The incident comes as tensions from the Israel-Hamas war in the Middle East have reverberated across the U.S. It has been a month since the surprise Hamas terrorist attack that Israel says killed 1,400 people, with 240 still held hostage in the Gaza Strip. More than 1.5 million people have been displaced in Gaza, and health officials there say more than 10,000 have been killed as Israel bombards the Palestinian enclave from the air and assaults it on the ground.

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Fryhoff said Tuesday there’ll be increased patrols around mosques, Muslim community centers as well as Jewish community centers. 

“We want to assure the Muslim and Jewish communities that we stand with both of them during this difficult times,” he said citing the war.

Kyle Jorrey, a former editor at a local paper, the Thousand Oaks Acorn, said Kessler wrote letters to the paper “all the time.”

“What I can say is he was passionate about political issues (liberal causes) and wasn’t afraid to let people know how he felt,” he told NBC News Tuesday. 

“Doesn’t surprise me at all that he was out there as a counter protester even at his age. He attended many demonstrations related to the progressive causes. He wrote us consistently for over 20 years on subjects ranging from climate change to ‘fake news’ to the Covid vaccine and he had a sharp wit about him and didn’t pull punches,” he added.

Los Angeles Mayor Karen Bass addressed Kessler’s death in a statement on Tuesday, saying it “is a blow to our region at a time when tensions continue to rise worldwide.”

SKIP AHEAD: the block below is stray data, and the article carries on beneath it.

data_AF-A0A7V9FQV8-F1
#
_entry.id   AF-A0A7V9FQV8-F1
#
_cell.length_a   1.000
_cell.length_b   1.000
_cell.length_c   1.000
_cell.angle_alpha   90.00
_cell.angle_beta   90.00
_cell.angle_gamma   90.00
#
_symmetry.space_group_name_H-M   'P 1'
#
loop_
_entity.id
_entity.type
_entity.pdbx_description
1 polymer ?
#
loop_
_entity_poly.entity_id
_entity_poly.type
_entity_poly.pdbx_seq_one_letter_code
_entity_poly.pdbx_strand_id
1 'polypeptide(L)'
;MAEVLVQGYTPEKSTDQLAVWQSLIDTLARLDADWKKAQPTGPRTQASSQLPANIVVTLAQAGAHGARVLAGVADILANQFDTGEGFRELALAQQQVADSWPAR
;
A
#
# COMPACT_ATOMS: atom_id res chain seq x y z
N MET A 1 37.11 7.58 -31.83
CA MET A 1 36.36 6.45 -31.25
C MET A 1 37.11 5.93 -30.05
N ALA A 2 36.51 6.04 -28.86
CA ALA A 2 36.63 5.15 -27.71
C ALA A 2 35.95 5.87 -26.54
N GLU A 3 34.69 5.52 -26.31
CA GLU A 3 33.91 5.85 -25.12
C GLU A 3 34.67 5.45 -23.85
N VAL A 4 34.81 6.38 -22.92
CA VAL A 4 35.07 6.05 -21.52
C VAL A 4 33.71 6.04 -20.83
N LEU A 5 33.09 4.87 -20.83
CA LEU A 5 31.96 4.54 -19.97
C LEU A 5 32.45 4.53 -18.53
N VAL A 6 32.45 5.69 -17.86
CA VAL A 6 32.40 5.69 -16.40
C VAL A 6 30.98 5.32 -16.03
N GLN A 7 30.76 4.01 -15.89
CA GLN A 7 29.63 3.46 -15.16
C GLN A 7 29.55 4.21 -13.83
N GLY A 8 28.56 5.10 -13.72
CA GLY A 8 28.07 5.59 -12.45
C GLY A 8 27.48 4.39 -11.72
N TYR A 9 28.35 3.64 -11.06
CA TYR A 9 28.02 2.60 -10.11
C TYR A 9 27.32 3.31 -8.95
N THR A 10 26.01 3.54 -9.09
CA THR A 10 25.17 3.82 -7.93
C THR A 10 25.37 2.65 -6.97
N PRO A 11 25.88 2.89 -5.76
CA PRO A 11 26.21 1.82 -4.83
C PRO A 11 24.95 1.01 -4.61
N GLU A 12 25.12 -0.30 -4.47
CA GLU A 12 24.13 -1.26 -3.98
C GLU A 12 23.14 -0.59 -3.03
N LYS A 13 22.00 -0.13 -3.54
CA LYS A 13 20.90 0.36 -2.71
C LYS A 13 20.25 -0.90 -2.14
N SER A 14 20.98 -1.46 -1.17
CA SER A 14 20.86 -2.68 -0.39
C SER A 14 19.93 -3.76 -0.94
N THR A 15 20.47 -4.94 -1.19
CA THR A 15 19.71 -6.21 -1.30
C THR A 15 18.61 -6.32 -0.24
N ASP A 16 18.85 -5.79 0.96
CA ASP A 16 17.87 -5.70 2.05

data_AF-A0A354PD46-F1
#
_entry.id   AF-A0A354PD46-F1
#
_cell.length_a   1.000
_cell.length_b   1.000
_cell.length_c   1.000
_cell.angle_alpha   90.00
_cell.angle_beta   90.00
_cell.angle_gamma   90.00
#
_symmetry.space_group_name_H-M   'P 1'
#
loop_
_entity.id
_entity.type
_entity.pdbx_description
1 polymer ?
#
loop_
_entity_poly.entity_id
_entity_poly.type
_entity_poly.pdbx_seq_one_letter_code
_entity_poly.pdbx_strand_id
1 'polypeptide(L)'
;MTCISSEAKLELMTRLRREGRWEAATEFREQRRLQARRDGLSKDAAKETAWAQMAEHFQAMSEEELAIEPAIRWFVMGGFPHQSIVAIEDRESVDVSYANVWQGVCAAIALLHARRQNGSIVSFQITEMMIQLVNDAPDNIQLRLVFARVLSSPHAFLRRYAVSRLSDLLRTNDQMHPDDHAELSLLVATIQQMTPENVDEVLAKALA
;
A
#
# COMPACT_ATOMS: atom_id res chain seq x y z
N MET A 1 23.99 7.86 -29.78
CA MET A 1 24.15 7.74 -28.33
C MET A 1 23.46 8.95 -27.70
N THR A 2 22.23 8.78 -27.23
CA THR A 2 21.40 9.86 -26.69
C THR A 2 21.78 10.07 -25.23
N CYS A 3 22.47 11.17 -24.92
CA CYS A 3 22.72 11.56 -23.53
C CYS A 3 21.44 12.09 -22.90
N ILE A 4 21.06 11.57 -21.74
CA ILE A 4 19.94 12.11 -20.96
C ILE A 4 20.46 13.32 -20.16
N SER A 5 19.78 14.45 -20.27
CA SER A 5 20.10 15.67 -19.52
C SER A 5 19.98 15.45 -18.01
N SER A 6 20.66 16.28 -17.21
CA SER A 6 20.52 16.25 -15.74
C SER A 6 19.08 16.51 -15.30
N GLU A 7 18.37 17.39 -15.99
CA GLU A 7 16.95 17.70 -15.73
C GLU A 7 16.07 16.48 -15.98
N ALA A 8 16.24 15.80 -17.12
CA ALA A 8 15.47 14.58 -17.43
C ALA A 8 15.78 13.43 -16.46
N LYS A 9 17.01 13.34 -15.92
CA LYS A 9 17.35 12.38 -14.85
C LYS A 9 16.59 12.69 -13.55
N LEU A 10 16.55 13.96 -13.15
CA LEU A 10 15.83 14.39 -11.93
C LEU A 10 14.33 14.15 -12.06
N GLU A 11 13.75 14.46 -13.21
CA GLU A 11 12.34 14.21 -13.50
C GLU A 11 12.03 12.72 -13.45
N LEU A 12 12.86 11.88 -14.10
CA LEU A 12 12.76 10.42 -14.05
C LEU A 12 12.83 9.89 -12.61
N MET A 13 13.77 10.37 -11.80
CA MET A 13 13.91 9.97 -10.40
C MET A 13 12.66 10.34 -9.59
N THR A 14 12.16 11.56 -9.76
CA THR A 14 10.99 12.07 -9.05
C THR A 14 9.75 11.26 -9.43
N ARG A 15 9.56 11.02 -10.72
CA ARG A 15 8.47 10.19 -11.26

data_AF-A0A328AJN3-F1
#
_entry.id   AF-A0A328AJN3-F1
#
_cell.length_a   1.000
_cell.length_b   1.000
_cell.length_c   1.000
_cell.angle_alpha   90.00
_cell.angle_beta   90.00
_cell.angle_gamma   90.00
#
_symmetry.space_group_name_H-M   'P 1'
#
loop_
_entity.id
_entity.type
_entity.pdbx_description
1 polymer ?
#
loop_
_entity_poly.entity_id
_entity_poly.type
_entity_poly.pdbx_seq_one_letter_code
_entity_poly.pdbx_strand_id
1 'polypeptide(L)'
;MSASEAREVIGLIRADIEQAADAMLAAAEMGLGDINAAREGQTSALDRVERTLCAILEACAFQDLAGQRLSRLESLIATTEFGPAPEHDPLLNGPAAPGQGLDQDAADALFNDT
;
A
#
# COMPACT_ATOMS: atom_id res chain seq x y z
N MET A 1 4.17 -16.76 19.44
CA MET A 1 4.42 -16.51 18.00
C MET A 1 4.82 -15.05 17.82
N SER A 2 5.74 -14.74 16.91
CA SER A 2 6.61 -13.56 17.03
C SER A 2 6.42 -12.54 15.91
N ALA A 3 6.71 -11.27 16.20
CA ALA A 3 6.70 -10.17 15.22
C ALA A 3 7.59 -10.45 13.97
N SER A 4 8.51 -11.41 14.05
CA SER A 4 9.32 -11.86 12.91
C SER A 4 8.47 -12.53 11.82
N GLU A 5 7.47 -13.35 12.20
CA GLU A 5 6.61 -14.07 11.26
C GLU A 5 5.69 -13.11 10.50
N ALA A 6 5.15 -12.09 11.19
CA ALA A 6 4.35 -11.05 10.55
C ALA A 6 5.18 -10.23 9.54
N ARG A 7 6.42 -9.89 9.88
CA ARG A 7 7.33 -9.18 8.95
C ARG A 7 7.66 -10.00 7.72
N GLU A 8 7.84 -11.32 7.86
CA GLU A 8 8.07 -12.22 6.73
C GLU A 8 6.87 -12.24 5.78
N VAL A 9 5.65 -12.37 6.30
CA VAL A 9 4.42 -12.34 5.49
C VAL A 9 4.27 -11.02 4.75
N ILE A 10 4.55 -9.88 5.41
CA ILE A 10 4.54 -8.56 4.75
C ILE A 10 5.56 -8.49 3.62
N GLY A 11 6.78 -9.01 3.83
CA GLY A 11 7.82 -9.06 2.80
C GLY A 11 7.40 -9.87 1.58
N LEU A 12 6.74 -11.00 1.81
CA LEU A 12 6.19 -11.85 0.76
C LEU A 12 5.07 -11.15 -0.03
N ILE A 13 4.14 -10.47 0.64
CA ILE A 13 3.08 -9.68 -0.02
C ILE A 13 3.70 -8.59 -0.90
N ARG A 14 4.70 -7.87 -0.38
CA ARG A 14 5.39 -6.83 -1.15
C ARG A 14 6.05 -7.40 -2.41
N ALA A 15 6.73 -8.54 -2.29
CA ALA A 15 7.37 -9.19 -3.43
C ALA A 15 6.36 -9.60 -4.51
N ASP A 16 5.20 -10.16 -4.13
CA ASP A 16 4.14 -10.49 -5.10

She added: “We must redouble our efforts to ensure violence and hate are met with accountability and consequences. Los Angeles refuses to harbor this hatred.” 

While Kessler’s injury at the dueling protests sparked a social media frenzy and drew quick condemnation from Israeli leaders who called his death an act of antisemitism, local officials have urged caution and patience as the investigation unfolds.

“We are deeply saddened by this tragic and shocking loss,” the Greater Los Angeles Area office of the Council on American-Islamic Relations said in a statement Monday. “We join local Jewish leaders in calling on all individuals to refrain from jumping to conclusions, sensationalizing such a tragedy for political gains, or spreading rumors that could unnecessarily escalate tensions that are already at an all-time high.”

“We urge everyone to wait for the Ventura County Sheriff’s Office to complete its investigation before drawing any conclusions. Our thoughts are with the family and the Jewish community during this difficult time,” the statement continued, adding CAIR-LA and the Muslim community stand with the Jewish community in rejecting violence, antisemitism and Islamophobia. 

In a post on X, Rabbi Michael Barclay of Temple Ner Simcha, near where the incident took place, called for patience.

“Please do not make assumptions or accusations until the police can do their job and/or we get real video,” he wrote.